Nat Washer carried the property through the Roaring 20s, a time when San Francisco was expanding rapidly. Again, however, the property changed hands again, when Lucille J. Oppenheimer, a relative Washer, purchased the building in the late 1920s.
Finally in 1931, Morris D. Jaffe bought the Havana, and his mother led the restoration project. Once again, the hotel returned to its status as a fine hotel for a time, though history is not clear for how long. Jaffe's family operated the property, turning it into a rooming house, until 1973.
Jaffe sold the property to Havana Venture, but what occurred in the building for the next eleven years is unclear. What is clear is that, though it was added to the National Register of Historic Places in 1986, by 1988, the building had been boarded up to vagrants, vandalized, and largely gutted by fires.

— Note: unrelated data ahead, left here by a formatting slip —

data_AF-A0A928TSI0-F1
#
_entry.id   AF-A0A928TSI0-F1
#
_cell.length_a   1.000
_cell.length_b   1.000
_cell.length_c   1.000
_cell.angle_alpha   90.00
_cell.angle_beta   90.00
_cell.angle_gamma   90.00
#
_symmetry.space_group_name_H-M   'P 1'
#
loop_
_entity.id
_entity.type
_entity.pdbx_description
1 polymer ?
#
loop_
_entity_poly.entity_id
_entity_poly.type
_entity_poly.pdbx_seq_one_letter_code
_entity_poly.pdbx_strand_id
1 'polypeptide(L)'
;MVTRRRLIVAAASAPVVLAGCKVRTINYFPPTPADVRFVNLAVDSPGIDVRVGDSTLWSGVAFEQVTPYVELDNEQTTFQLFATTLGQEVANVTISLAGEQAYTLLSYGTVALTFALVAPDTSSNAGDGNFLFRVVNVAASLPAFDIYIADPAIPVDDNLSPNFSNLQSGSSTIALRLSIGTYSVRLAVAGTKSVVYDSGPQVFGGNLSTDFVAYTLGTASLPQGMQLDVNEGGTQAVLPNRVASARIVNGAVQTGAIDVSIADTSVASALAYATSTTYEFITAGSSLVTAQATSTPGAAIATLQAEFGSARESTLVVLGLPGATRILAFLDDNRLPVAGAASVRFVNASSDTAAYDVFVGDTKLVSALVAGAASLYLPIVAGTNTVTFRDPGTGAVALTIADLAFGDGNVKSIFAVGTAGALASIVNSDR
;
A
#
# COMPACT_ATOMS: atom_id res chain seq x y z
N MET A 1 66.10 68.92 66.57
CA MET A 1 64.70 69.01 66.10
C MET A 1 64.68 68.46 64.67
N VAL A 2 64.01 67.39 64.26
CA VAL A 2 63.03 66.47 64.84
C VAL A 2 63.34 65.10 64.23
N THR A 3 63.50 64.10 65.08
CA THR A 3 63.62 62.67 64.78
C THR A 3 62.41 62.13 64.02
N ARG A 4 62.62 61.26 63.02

Theresa Greer purchased the building in 1992 and began the more than $2 million renovation project that, in 1997, transformed the building into the Havana Riverwalk Inn--a well-loved, chic and historic hotel in San Antonio. However, after just two years of business, the hotel closed, and Liz Lambert and Bunkhouse Management purchased the hotel. They reopened the doors in 2010 as the Havana Hotel. It has received positive reviews, for its simple and elegant design.